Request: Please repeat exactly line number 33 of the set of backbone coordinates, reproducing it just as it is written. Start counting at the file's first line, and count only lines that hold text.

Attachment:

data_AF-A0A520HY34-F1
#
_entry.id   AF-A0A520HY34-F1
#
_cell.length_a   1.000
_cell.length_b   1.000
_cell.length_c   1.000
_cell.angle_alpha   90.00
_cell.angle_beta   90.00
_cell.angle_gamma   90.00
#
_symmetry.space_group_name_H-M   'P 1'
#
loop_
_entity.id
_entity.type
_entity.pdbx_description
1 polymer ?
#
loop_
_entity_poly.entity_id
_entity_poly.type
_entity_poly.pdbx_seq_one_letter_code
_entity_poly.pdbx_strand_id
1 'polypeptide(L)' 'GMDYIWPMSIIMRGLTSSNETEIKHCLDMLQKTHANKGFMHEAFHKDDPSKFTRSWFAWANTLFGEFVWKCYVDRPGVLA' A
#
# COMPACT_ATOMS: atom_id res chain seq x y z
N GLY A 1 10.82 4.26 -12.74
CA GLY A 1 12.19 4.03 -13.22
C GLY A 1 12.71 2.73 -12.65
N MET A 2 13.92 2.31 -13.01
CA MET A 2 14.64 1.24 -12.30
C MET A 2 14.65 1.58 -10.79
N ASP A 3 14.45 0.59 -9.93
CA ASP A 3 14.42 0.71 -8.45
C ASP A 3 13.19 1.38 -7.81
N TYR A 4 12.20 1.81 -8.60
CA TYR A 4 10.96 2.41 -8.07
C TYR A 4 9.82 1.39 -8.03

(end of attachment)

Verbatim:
C MET A 2 14.65 1.58 -10.79